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Amnesty is one thing. Some Syrians like Abu Hamza, a rail-thin man with a wispy moustache appear in no mood to excuse the regime for its repression. The young man, who asked that neither his name nor his hometown on the outskirts of Dara'a be mentioned, stood at the Jaber crossing (86 kilometers north of the Jordanian capital, Amman) waiting for a ride across the border back into Syria. A small black suitcase lay at his feet. The mobile-phone salesman said he hadn't been home since the uprising began and was worried about his family, given that landline and mobile-phone communication in many parts of Syria has been cut. "There's just been too much blood," Abu Hamza said as he lit a cigarette and peered out across a rain-drizzled patch of road. Several freight trucks crossed from Syria to Jordan, but there were precious few cars traveling in either direction. (Jordanian border guards at both the Jaber and Ramtha crossings say there's been a massive slowdown in traffic.) "We can't just forgive them for spilling so much blood," Abu Hamza said. "What was our crime? Tell me, what did we do to deserve this?" A Jordanian border guard looked at him sympathetically. "Inshallah kheir," the guard said, which roughly translates as "God willing, things will be good."
There are close blood, marital and trade ties straddling the border in these Sunni towns and villages. On Friday the previous week, hundreds of people from Ramtha marched to the border crossing to express their solidarity with friends and family in Dara'a. The protest was not repeated this week, although according to the local Jordan Times newspaper, many Ramtha residents have taken in Syrian refugees but are loath to publicize the hospitality, given their heavy reliance on trade with Syria. The daily quoted a 45-year-old Jordanian trader who said he had secretly taken in several Syrian members of his tribe but feared being blacklisted by Syrian authorities should they find out. "It's a shame, but our lives depend on traveling to Syria," he said. "This regime never forgets, and it doesn't look like it will fall either."
Back at the general store, Haithem al-Zaibe stood behind the counter of his cousin's shop. The 21-year-old from Ramtha also has family across the border in Dara'a, and says he wishes he could do something to help them. It's not as if he doesn't have time. Business is down 40%, he said, and before Abu Ibrahim rushed in, he hadn't seen a single customer for several hours. His Syrian family (several of whom own Jordanian SIM cards that have enabled them to maintain communications) are terrified to attempt to leave their home, let alone try and cross the border. "They're running out of food," he said. "I've seen Syrians park their cars out here," he gestured, pointing outside his store, "and smuggle bread, I've seen it with my own eyes. You won't believe where they hide it. Even milk, they will pour powdered milk into a bag and hide it in the undercarriage of their vehicle. They're desperate."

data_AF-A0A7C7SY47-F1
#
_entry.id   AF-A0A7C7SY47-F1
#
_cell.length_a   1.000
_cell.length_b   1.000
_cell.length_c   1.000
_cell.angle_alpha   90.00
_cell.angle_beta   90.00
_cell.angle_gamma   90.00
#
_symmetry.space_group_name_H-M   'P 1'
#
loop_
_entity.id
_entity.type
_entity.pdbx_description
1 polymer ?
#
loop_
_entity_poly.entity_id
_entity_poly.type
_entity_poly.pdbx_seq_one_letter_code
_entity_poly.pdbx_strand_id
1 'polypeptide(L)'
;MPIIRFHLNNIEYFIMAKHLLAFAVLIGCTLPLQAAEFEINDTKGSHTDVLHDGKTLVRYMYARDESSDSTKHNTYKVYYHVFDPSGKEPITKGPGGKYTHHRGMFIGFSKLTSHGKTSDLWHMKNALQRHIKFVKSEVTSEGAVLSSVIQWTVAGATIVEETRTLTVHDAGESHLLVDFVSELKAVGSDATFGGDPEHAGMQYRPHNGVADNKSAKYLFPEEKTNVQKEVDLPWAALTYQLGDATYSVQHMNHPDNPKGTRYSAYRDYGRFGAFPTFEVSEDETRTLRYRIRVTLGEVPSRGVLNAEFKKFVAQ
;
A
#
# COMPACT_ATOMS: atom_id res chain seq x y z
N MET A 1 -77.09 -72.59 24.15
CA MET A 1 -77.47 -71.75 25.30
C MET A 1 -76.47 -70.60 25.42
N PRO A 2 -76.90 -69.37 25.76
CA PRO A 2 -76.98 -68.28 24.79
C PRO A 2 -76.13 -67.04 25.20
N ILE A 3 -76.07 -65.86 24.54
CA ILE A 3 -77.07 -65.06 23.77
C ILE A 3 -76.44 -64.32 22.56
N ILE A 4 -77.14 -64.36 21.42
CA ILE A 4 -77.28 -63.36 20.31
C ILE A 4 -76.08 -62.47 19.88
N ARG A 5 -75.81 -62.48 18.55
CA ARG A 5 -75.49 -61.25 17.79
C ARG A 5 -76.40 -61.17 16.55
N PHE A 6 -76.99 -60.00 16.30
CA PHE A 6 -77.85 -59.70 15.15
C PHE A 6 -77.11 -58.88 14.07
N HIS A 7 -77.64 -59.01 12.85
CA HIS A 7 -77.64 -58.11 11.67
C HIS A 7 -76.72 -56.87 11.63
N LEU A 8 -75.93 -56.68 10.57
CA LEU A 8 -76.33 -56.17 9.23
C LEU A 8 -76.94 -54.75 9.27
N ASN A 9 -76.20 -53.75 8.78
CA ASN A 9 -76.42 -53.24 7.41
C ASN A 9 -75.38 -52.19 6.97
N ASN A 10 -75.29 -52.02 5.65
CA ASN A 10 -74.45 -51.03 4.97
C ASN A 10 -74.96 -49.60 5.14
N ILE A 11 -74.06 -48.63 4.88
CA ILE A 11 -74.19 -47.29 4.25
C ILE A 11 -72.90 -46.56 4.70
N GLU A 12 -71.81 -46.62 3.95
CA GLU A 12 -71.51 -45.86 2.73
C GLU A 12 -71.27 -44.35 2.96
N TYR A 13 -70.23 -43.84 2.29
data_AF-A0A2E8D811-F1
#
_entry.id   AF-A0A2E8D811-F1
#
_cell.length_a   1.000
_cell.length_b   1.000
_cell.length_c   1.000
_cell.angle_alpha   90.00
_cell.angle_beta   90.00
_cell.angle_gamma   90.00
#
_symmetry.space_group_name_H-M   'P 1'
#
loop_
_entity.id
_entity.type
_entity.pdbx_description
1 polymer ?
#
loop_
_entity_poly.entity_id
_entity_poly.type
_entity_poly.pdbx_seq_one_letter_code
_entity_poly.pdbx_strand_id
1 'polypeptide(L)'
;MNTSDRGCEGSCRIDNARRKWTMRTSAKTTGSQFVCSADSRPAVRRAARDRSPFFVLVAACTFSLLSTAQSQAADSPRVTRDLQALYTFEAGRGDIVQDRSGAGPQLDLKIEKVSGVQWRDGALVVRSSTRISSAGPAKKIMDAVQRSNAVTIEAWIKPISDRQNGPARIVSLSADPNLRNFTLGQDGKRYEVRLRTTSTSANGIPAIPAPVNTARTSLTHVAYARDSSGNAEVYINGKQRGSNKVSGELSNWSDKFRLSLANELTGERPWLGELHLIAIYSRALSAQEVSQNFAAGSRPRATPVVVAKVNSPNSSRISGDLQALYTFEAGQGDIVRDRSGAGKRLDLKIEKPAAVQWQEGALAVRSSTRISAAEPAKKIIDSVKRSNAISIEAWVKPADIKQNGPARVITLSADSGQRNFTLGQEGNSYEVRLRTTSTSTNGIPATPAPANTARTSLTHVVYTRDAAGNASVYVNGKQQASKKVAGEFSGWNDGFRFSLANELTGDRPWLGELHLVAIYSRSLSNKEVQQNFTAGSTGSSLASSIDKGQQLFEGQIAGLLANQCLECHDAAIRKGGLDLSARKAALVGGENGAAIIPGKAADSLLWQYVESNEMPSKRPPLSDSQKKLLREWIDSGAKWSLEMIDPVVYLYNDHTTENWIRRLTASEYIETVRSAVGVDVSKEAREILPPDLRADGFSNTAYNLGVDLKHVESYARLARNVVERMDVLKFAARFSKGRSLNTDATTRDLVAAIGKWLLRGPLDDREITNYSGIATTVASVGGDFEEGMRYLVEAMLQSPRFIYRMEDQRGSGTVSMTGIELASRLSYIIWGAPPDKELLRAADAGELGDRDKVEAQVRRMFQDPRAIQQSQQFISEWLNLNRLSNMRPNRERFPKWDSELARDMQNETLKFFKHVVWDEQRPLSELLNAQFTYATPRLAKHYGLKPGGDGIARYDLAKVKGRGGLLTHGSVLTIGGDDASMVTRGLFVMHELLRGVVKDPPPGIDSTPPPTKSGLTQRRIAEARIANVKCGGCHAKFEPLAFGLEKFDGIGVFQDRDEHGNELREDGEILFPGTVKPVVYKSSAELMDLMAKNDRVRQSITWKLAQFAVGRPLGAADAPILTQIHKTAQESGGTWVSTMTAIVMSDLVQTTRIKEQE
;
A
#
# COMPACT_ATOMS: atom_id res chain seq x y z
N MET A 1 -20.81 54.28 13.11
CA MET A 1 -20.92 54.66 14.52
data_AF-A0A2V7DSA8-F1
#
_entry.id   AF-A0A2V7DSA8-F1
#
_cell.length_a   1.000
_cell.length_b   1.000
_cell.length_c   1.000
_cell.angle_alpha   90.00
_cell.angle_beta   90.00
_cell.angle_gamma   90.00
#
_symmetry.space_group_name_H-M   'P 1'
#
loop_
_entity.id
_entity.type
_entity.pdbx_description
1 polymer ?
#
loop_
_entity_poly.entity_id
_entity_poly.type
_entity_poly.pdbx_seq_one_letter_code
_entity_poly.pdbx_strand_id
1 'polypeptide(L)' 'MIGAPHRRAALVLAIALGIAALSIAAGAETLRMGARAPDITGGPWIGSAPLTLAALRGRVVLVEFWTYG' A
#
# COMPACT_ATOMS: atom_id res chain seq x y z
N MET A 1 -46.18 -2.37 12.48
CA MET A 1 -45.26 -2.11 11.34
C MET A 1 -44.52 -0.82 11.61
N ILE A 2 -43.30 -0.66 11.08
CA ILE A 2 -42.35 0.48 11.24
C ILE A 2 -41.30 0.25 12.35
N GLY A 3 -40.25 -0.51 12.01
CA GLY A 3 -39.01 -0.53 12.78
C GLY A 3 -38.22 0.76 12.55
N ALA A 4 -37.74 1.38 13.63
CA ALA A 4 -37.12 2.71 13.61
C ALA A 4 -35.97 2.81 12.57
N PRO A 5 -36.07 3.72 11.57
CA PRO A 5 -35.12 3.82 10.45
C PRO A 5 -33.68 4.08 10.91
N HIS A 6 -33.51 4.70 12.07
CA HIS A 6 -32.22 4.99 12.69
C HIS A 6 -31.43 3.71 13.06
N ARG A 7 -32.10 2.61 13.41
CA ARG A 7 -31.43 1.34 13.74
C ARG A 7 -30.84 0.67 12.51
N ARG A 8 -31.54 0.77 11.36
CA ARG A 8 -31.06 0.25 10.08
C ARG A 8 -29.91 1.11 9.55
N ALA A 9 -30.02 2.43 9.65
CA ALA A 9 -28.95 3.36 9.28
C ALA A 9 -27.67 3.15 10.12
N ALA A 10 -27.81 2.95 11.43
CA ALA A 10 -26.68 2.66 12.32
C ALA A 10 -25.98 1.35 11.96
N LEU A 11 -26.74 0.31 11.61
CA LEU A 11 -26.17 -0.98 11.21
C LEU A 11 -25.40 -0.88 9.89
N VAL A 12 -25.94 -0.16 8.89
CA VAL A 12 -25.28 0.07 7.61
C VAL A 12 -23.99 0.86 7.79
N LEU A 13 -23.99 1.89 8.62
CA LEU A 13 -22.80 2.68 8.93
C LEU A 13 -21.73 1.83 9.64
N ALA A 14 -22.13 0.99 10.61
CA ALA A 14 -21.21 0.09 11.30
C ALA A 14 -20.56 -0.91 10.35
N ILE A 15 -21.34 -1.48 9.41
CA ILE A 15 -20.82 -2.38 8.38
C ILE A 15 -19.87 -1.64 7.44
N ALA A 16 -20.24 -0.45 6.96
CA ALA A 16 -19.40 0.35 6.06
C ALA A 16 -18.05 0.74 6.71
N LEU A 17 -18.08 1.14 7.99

Abu Ibrahim, who had just hurried in and caught Zaibe's last comments, nodded his head. Cars are searched entering and exiting Dara'a, he said, not just for weapons, but for anything that may alleviate the people's suffering. A friend, he claimed, was detained for trying to smuggle in a dozen candles. "That was last month, and nobody's heard of him since," Abu Ibrahim said. "I have most of what I need now, I've hidden it. I have been reduced to acting like a thief, look at my hands! Look!" he said as he thrust his thick, greasy fingers forward. He wouldn't say where he'd hidden his food supplies, for fear that it would jeopardize further attempts. He looked down at his watch. It was almost noon. "I have to get there soon, before demonstrations start and I can't get back into the city," he said.
Zaibe handed the Syrian a bag full of flat, Arabic bread. "God be with you," he said, refusing payment. The stocky man thanked him, and quickly ushered his shy daughter out the door toward their white station wagon. It was an overcast, chilly day. The wind outside had picked up, kicking swirls of gritty sand into the air. "They're probably hoping for a storm to wash away all the blood in the streets," Abu Ibrahim said wryly, referring to the Syrian security forces. "They've butchered people," he said, shaking his head. "I'm telling you, they have butchered people."